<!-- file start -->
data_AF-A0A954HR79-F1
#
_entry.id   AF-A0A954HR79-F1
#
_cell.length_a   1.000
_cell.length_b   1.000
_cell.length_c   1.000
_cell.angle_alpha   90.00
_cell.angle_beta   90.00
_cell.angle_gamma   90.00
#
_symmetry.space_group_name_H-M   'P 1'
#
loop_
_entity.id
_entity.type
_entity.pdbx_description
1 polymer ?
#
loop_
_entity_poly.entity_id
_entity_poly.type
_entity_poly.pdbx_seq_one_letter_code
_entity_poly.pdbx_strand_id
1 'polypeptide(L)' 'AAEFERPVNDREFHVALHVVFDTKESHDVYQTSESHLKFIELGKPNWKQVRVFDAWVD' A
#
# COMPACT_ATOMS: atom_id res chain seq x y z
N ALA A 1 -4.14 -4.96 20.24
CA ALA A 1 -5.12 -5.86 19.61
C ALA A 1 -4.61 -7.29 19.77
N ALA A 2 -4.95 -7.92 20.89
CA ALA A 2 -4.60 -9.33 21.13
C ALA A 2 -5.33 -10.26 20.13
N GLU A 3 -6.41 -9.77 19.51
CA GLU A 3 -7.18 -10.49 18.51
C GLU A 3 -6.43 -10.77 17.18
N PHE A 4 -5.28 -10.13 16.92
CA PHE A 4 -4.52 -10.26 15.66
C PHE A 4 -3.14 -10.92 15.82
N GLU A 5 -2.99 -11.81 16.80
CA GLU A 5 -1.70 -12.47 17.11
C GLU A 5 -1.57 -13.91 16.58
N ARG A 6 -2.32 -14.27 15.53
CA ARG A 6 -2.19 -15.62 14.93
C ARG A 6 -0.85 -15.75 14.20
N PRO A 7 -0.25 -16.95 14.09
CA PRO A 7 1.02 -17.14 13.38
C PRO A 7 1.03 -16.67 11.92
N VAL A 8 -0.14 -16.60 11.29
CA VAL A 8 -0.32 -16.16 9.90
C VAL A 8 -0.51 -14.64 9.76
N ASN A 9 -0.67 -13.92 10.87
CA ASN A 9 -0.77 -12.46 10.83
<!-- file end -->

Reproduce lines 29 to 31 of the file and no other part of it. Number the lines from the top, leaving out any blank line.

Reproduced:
CA ALA A 1 -5.12 -5.86 19.61
C ALA A 1 -4.61 -7.29 19.77
N ALA A 2 -4.95 -7.92 20.89